Hunger can — and does — exist amid plenty. Despite its wealth, more than 132,000 residents in Palm Beach County struggle with hunger. 37,350 of these residents are children who do not have enough to eat on a daily basis.* Over half of the students enrolled in The School District of Palm Beach County are qualified for free and reduced lunch.
*Feeding America, Map the Meal Gap [https://map.feedingamerica.org/]
In our community, individuals or families do not want to share with their neighbors the fact that they are struggling economically often hide hunger. Sometimes hunger hides behind doors of nice houses with mortgages in default, or where the electricity is turned off, or all the income is going to housing costs, leaving little or no money for food. Sometimes it hides behind the stoic faces of parents or grandparents who skip meals to protect their children or grandchildren from hunger. It goes unseen by those not looking for it.
Often students only eat while they are at school because they do not have food at home. There are 92,837 students that have qualified for free and reduced lunch, which is 49.7 percent of the students enrolled in Palm Beach County Public Schools (not including charter schools). Due to the growing number of children facing food insecurities, United Way of Palm Beach County has partnered with providers to provide 7,800 children with weekend food backpacks and nearly 22,000 meals served through the Mobile Breakspot food program in the Glades area.
In 2015, United Way of Palm Beach County and the administrative leadership at Palm Beach County Board of County Commissioners collaborated to develop, identify solutions, and implement the Palm Beach County Hunger Relief Plan.
United Way and the County continues to lead this collaboration with more than 180 partners in our community to address childhood hunger, senior hunger, building infrastructure, alleviating hunger and increasing access to fresh produce in The Glades, and advocacy.
With an incredible gift from philanthropist MacKenzie Scott in 2020, United Way is partnering with the Palm Beach County Food Bank to build additional infrastructure that will expand hunger relief efforts and allow for more nutritious food to reach more people in our community.
Alpert Jewish Family & Children’s Service serves the community by providing social services to strengthen individuals and families and participating in identifying, addressing, and assisting in the coordination of aid for
The Community Health Center of West Palm Beach free, quality primary health care services, navigation, and education services to uninsured and underinsured low-income Palm Beach County residents. Areas of care include chronic disease management, mental health, vision, and women’s health.
Families First of Palm Beach County provides permanent housing with support services to homeless families with disabilities. Families First of Palm Beach County also links high-risk pregnant women to needed pre- and postnatal care as well as monitoring and follow-up services.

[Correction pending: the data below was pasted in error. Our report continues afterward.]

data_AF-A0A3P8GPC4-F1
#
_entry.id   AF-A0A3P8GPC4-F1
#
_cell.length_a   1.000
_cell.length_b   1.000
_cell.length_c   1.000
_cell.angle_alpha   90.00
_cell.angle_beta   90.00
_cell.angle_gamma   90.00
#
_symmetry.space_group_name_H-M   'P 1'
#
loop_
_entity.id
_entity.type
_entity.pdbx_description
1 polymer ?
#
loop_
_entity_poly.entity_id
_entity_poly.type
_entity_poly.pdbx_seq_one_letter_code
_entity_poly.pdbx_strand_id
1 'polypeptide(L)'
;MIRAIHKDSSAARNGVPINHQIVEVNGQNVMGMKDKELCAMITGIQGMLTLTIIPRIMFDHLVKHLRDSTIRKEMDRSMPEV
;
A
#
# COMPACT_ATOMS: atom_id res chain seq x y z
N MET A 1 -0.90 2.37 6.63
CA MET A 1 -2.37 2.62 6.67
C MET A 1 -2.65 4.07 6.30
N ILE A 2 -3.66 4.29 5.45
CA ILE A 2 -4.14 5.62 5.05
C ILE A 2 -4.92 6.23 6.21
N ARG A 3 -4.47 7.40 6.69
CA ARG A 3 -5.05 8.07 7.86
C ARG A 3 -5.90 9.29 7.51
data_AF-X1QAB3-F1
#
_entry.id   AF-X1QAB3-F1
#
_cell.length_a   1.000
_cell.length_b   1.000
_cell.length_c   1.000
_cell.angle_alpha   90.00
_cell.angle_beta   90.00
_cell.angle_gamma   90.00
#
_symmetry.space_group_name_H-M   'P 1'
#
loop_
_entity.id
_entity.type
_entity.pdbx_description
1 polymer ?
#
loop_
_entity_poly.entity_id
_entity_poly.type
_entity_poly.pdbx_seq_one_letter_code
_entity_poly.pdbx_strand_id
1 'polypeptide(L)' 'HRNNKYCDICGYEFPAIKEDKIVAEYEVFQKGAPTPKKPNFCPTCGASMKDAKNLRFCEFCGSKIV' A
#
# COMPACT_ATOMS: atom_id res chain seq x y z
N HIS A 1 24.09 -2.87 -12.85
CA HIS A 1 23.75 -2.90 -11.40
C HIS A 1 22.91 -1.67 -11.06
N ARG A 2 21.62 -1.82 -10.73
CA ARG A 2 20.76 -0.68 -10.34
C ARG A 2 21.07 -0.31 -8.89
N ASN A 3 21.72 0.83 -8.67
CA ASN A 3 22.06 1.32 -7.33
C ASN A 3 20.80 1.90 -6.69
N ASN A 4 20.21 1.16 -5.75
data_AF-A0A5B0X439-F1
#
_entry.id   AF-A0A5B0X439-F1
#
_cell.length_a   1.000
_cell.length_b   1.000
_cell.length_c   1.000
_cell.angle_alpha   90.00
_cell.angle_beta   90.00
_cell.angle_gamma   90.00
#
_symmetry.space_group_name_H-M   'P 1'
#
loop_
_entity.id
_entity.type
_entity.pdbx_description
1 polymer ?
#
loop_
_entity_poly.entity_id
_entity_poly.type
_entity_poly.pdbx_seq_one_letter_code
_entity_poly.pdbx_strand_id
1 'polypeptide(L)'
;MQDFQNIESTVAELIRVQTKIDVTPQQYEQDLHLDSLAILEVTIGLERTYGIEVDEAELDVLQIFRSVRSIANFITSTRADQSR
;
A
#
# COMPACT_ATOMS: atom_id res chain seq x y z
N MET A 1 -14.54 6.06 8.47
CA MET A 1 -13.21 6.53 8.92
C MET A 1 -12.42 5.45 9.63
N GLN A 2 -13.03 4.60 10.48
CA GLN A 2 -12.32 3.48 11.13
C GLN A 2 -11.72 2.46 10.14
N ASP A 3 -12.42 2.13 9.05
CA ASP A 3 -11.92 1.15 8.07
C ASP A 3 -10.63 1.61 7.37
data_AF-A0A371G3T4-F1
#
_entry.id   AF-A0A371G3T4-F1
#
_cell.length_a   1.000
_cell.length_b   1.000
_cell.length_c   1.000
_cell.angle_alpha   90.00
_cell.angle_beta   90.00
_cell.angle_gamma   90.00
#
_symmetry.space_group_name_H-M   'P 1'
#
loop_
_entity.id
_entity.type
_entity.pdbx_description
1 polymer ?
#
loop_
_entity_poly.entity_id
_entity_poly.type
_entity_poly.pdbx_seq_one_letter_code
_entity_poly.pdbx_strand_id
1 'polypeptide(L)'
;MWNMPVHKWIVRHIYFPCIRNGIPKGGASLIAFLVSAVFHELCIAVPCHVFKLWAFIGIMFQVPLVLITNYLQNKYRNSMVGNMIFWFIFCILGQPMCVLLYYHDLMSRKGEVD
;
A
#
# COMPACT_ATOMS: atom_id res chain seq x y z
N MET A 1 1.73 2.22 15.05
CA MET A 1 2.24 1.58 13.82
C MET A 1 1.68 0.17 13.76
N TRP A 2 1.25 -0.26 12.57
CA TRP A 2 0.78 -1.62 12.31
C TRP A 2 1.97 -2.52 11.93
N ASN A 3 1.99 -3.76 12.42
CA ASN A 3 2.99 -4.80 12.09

Farmworker Coordinating Council of Palm Beach County promotes self-sufficiency and improves the quality of life of migrant/seasonal farmworkers and other people in need through education, advocacy, and access to services.
The mission of Alpert Jewish Family Service is to serve the community and fulfill its obligation of Tikkun Olam (repairing the world).
FLIPANY aims to build health equity through healthy meals, nutrition education, mentored physical activities, and wellness initiatives.
Healthy Mothers, Healthy Babies aims to nurture healthy births and families by meeting the physical, emotional, economic, and social challenges of pregnancy and infant wellness.
The Legal Aid Society of Palm Beach County delivers outreach, education, consultation, free legal services, interventions, in-depth case examination, workshops, and educational materials to both military veterans and low-income individuals in Palm Beach County.
Palm Beach County Medical Society Services increases access to quality health care for the uninsured. Individuals with urgent medical needs connect to specialists and other medical service providers willing to serve the uninsured at no charge.
Ruth & Norman Rales Jewish Family Services provides services such as food distribution and creates opportunity for social-emotional health and interpersonal skills by participating in a nurturing, stable relationship with a mentor.
T. Leroy Jefferson Medical Society connects high school students interested in medical and STEM careers with ethnically and culturally diverse healthcare professionals to encourage and support a culturally competent medical workforce.
The Children’s Healing Institute provides a strong, consistent support system for at-risk families, ultimately to protect children. Each family is matched with a highly qualified mentor who teaches non-violent parenting practices and strives to improve the parent’s ability to meet the basic needs of their family.
The Salvation Army offers housing for eligible male Veterans at the agency’s Center of Hope complex. Supplemental services include intensive case management, clothing, transportation, and life and job skills training, among others.
United Community Options serves children and adults with a wide range of needs and abilities including physical, intellectual, and neurological disabilities, as well as developmental delays and developmental disabilities.
Youth Empowered to Prosper develops the mindset and skillset of challenged youth ages 13 to 22 through mentorship and real-life experiences focused on character-building, education and leadership, job and money management, uplifting others and personal wellness.